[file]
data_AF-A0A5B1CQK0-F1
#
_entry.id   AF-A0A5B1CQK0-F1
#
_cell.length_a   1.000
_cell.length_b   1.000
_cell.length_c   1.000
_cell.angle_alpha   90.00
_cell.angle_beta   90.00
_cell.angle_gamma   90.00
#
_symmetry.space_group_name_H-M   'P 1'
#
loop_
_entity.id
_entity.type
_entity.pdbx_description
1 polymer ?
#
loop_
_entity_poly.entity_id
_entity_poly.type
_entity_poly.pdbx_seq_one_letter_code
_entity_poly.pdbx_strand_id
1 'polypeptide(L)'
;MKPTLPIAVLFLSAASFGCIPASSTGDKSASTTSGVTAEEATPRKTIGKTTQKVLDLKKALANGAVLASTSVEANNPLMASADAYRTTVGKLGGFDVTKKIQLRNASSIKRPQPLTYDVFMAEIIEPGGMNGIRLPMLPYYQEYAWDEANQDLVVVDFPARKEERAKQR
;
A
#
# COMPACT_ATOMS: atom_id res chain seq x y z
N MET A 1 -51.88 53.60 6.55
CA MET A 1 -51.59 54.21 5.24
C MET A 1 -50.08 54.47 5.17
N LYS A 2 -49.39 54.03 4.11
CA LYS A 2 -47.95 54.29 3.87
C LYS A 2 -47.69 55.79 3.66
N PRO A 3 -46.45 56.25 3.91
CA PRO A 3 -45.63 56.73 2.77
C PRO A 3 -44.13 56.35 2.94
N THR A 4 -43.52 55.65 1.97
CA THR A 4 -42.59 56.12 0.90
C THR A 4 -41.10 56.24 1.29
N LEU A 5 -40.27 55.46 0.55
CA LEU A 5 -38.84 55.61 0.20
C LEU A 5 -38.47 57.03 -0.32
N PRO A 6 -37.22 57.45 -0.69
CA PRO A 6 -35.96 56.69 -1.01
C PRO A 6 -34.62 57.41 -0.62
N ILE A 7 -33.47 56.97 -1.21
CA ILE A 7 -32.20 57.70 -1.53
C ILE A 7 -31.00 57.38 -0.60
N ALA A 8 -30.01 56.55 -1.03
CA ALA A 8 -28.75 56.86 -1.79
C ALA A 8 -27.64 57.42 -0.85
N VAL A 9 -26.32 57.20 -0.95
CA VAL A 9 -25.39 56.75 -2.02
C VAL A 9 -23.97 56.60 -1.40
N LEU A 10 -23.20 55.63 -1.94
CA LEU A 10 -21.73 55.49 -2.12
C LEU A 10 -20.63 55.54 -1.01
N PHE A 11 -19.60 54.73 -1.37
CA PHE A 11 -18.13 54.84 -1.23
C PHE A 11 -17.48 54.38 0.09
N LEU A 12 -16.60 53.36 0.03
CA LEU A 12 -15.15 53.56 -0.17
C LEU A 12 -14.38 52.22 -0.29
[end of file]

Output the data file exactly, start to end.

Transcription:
data_AF-A0A5B1CQK0-F1
#
_entry.id   AF-A0A5B1CQK0-F1
#
_cell.length_a   1.000
_cell.length_b   1.000
_cell.length_c   1.000
_cell.angle_alpha   90.00
_cell.angle_beta   90.00
_cell.angle_gamma   90.00
#
_symmetry.space_group_name_H-M   'P 1'
#
loop_
_entity.id
_entity.type
_entity.pdbx_description
1 polymer ?
#
loop_
_entity_poly.entity_id
_entity_poly.type
_entity_poly.pdbx_seq_one_letter_code
_entity_poly.pdbx_strand_id
1 'polypeptide(L)'
;MKPTLPIAVLFLSAASFGCIPASSTGDKSASTTSGVTAEEATPRKTIGKTTQKVLDLKKALANGAVLASTSVEANNPLMASADAYRTTVGKLGGFDVTKKIQLRNASSIKRPQPLTYDVFMAEIIEPGGMNGIRLPMLPYYQEYAWDEANQDLVVVDFPARKEERAKQR
;
A
#
# COMPACT_ATOMS: atom_id res chain seq x y z
N MET A 1 -51.88 53.60 6.55
CA MET A 1 -51.59 54.21 5.24
C MET A 1 -50.08 54.47 5.17
N LYS A 2 -49.39 54.03 4.11
CA LYS A 2 -47.95 54.29 3.87
C LYS A 2 -47.69 55.79 3.66
N PRO A 3 -46.45 56.25 3.91
CA PRO A 3 -45.63 56.73 2.77
C PRO A 3 -44.13 56.35 2.94
N THR A 4 -43.52 55.65 1.97
CA THR A 4 -42.59 56.12 0.90
C THR A 4 -41.10 56.24 1.29
N LEU A 5 -40.27 55.46 0.55
CA LEU A 5 -38.84 55.61 0.20
C LEU A 5 -38.47 57.03 -0.32
N PRO A 6 -37.22 57.45 -0.69
CA PRO A 6 -35.96 56.69 -1.01
C PRO A 6 -34.62 57.41 -0.62
N ILE A 7 -33.47 56.97 -1.21
CA ILE A 7 -32.20 57.70 -1.53
C ILE A 7 -31.00 57.38 -0.60
N ALA A 8 -30.01 56.55 -1.03
CA ALA A 8 -28.75 56.86 -1.79
C ALA A 8 -27.64 57.42 -0.85
N VAL A 9 -26.32 57.20 -0.95
CA VAL A 9 -25.39 56.75 -2.02
C VAL A 9 -23.97 56.60 -1.40
N LEU A 10 -23.20 55.63 -1.94
CA LEU A 10 -21.73 55.49 -2.12
C LEU A 10 -20.63 55.54 -1.01
N PHE A 11 -19.60 54.73 -1.37
CA PHE A 11 -18.13 54.84 -1.23
C PHE A 11 -17.48 54.38 0.09
N LEU A 12 -16.60 53.36 0.03
CA LEU A 12 -15.15 53.56 -0.17
C LEU A 12 -14.38 52.22 -0.29